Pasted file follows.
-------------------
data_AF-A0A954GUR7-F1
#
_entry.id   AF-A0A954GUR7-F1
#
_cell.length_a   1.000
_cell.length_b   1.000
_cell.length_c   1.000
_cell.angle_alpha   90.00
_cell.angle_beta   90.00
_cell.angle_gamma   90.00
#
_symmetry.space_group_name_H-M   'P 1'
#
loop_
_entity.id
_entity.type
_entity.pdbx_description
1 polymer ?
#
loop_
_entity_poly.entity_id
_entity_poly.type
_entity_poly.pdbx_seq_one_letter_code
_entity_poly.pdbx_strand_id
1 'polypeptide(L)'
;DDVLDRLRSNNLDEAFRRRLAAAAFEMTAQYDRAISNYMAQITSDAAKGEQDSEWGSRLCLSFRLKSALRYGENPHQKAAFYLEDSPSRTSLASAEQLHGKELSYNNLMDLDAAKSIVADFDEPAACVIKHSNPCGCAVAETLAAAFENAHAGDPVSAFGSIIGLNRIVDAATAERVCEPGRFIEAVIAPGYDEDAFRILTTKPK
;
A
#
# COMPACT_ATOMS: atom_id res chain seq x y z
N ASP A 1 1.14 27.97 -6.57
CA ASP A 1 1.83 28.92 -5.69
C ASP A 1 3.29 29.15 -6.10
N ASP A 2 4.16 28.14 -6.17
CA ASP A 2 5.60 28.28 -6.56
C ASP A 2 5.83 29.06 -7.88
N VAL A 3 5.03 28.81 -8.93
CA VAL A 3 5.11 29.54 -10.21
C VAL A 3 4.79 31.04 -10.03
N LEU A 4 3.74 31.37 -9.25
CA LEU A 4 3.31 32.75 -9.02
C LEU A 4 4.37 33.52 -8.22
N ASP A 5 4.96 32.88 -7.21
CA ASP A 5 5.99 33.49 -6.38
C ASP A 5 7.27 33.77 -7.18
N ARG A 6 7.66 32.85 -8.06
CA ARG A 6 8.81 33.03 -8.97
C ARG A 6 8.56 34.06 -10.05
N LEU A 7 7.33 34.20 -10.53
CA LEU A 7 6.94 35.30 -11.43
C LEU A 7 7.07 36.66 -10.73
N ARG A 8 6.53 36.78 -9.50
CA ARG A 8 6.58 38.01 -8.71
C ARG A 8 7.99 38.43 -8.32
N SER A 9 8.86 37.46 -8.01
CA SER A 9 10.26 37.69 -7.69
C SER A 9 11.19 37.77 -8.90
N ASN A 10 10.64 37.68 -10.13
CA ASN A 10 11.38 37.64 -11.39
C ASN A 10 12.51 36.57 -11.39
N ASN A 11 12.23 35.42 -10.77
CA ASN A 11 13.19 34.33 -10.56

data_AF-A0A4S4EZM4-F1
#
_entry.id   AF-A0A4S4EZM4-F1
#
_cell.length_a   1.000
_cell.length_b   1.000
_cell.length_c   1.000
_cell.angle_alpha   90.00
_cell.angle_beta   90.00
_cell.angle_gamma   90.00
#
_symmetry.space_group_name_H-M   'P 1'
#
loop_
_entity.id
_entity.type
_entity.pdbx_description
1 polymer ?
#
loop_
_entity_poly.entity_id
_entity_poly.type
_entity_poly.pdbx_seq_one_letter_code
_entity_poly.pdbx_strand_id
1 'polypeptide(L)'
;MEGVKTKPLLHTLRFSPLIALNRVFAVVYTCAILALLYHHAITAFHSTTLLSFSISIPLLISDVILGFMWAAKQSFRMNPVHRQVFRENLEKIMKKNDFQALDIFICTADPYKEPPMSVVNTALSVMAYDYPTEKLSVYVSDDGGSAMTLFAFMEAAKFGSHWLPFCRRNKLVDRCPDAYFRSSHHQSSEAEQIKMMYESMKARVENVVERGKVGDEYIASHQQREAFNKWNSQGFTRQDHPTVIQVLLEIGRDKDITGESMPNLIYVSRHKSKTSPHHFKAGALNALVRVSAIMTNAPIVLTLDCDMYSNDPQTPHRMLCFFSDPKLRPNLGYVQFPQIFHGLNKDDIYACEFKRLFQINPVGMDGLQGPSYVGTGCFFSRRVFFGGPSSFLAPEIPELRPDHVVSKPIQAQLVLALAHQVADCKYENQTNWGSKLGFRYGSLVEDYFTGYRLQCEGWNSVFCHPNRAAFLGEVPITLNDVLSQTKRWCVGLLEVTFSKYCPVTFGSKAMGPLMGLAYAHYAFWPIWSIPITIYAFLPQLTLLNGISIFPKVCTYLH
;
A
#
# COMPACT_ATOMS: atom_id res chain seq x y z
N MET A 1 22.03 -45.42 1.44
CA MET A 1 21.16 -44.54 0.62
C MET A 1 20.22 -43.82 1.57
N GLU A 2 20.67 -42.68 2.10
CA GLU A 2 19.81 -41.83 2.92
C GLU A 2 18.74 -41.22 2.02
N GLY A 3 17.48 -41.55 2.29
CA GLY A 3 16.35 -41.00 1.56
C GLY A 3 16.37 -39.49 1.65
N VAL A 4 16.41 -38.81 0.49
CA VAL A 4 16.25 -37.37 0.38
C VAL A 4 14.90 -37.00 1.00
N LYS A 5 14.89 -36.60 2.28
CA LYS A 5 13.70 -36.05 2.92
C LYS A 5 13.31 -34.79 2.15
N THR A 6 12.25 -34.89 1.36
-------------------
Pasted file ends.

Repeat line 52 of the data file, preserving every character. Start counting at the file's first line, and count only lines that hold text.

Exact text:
N ARG A 8 6.53 36.78 -9.50